Across the world, as the neoliberal consensus slowly breaks and its order crumbles, politicians and political movements have risen that personify the two growing challenges to the status quo. On one side is the growing populist and far-right movement, represented by politicians such as Marine Le Pen, Jair Bolsonaro, Viktor Orban, and of course, Donald Trump. On the other side is the reborn populist-left, with representatives such as Jeremy Corbyn and Bernie Sanders.

Many of the figures on the right have already been collaborating, often connecting through former Trump White House Chief Strategist Stephen Bannon. Likewise, some of their counterparts on the left have been looking to build an “international left movement.” In fact, in 2018, Sanders and former Greek finance minister Varoufakis launched “Progressives International”, which Varoufakis described as an initiative to counter the work of Bannon. 

Canada’s New Democratic Party seems to be making advances into the international left movement, evidenced by a phone call between UK Labour Party leader Jeremy Corbyn, and their leader Jagmeet Singh. Corbyn took to Twitter to announce that he had been in contact with Singh and laid out some agenda items from their call.

According to Corbyn, the two party leaders discussed the importance of building an international left movement to fight against the populist far right, the importance of working across borders to take on global inequality, as well as the power of corporations, and the climate emergency.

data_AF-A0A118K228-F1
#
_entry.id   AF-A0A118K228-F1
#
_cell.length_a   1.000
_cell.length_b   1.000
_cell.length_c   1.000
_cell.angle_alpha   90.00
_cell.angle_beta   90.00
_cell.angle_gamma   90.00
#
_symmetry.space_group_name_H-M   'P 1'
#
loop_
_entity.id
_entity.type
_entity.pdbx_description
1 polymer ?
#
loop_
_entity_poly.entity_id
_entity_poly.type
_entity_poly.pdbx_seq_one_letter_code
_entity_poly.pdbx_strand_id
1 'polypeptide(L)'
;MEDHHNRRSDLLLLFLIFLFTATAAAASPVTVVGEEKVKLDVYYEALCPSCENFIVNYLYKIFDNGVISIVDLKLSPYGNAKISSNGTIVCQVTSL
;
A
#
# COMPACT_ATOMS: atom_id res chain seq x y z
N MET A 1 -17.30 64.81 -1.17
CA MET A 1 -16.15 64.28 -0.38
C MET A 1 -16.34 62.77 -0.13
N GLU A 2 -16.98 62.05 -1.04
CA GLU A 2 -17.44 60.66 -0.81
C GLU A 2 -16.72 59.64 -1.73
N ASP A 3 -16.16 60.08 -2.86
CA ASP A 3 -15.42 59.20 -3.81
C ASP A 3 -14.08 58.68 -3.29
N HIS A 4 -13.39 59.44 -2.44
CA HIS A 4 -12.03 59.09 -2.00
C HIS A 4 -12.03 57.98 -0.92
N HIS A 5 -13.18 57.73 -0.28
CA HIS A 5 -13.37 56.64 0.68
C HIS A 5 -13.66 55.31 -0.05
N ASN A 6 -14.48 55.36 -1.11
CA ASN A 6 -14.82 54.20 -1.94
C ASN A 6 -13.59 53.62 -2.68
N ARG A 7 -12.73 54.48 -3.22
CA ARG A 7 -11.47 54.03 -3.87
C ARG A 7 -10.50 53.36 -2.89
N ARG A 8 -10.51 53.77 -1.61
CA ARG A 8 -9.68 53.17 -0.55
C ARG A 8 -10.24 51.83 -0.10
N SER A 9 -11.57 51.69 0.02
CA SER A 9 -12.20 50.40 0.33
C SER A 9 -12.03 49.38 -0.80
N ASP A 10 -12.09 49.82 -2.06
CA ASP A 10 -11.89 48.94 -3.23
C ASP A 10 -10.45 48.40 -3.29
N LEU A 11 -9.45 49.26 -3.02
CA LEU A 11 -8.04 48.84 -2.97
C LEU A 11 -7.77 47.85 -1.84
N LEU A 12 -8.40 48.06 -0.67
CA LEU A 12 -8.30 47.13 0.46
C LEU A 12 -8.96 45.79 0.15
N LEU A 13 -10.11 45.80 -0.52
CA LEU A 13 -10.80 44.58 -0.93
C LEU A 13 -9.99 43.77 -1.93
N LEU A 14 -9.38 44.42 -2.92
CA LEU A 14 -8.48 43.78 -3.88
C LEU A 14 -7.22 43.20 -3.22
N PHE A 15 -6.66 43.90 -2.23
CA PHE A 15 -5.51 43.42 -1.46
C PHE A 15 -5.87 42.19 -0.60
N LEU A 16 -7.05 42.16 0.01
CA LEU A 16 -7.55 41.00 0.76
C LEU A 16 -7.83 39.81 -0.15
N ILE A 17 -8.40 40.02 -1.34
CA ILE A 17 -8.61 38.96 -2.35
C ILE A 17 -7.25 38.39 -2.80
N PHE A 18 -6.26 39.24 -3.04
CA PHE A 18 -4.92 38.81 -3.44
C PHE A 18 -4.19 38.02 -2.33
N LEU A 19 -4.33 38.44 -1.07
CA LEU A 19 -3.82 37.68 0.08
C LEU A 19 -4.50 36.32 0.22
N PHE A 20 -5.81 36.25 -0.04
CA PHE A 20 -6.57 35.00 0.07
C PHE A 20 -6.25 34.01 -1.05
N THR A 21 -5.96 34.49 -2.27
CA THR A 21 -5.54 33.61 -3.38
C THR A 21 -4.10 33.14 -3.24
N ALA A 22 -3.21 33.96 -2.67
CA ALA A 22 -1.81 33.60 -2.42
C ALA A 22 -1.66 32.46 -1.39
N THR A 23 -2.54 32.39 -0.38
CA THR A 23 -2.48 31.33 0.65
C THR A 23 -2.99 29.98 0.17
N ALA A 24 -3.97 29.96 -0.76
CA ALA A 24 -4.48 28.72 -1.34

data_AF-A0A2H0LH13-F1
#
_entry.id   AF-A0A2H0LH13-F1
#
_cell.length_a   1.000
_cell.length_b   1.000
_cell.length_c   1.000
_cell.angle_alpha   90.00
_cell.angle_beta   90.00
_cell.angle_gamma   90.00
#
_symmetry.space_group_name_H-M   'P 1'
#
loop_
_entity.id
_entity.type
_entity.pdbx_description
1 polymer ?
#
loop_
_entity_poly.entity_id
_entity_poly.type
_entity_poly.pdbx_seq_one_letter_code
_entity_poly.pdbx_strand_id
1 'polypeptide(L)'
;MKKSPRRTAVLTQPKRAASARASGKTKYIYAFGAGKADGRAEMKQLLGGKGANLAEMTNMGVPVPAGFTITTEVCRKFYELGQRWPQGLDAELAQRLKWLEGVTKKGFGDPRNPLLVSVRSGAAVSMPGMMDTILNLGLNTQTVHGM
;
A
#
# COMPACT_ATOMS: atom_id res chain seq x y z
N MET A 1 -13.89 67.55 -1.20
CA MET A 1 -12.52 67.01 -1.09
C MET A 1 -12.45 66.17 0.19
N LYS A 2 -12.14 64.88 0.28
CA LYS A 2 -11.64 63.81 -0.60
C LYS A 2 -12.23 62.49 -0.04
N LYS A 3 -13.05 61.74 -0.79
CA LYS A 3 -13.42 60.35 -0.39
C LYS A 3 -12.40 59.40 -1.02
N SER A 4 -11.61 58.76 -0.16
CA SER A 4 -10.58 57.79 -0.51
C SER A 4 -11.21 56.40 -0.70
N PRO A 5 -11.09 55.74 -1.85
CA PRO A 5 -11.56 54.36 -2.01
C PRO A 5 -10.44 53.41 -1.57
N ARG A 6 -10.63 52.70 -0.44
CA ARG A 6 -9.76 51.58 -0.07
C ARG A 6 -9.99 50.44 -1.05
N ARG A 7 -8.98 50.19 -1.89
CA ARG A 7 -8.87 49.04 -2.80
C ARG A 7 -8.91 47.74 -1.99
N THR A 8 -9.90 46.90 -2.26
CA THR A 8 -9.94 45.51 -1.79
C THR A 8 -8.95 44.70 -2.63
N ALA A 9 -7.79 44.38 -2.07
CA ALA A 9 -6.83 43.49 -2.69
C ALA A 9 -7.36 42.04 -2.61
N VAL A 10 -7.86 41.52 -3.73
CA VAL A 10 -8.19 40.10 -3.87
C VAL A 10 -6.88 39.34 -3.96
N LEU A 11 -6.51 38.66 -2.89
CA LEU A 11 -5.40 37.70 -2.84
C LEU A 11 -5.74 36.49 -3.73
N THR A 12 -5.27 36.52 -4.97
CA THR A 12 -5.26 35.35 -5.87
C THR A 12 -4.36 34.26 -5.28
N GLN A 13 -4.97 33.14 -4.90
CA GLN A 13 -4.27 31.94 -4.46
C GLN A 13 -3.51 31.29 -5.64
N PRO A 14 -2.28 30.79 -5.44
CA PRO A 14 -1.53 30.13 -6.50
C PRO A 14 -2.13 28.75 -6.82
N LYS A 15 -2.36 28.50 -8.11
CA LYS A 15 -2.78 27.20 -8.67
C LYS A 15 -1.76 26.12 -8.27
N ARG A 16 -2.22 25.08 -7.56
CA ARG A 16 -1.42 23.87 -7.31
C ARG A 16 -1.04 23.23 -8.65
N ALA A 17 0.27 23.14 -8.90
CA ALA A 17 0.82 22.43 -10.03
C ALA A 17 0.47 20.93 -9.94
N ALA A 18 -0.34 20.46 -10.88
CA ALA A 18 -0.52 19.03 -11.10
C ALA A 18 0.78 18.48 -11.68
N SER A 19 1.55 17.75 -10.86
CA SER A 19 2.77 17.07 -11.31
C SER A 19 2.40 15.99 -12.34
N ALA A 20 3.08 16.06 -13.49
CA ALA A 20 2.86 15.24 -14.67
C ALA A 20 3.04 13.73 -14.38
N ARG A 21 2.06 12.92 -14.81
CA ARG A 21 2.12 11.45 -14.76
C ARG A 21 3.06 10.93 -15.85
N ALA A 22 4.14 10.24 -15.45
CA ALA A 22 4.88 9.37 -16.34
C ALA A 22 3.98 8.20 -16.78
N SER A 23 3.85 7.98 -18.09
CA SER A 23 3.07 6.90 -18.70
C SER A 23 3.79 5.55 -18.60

While Canada’s populist and far-right movement has remained relatively subdued when compared to the US and the UK, strategies to take the wind out of the sails of these movements will be welcomed to prevent them from gaining more ground. In the UK, Corbyn and the broader left are currently dealing with the resurgence of groups such as the English Defense League and Democratic Football Lads Alliance which are Islamophobic, anti-immigrant groups engaged in street politics, hosting rallies and carrying out acts of violence.

Meanwhile in Canada, the populist right’s key players are Maxime Bernier and his new party the People’s Party of Canada, the Coalition Avenir Quebec, as well as the Canadian “yellow vest” movement which has appropriated the aesthetic of the much larger and ideologically diverse French movement. 

Corbyn and Singh: Birds of a Feather?

Corbyn sees the rise of the far right as a product of the alienation caused by neglect and austerity, and consequently the solution as being the reversal of these policies. While Corbyn has repeatedly explained the link he sees between the economic circumstances of working-class communities, and its centrality to the rise of the far right in the UK, Singh has not emphasized the application of this theory to Canada.

Both Singh and Corbyn have spoken about global inequality and the power of corporations, but Corbyn has consistently staked out a position significantly to the left of Singh. Singh has argued that Canada needs to “prioritize people over rich corporations,” and has planned to deliver on this with policies in the party’s platform such as pharma care for all and lowering cellular fees.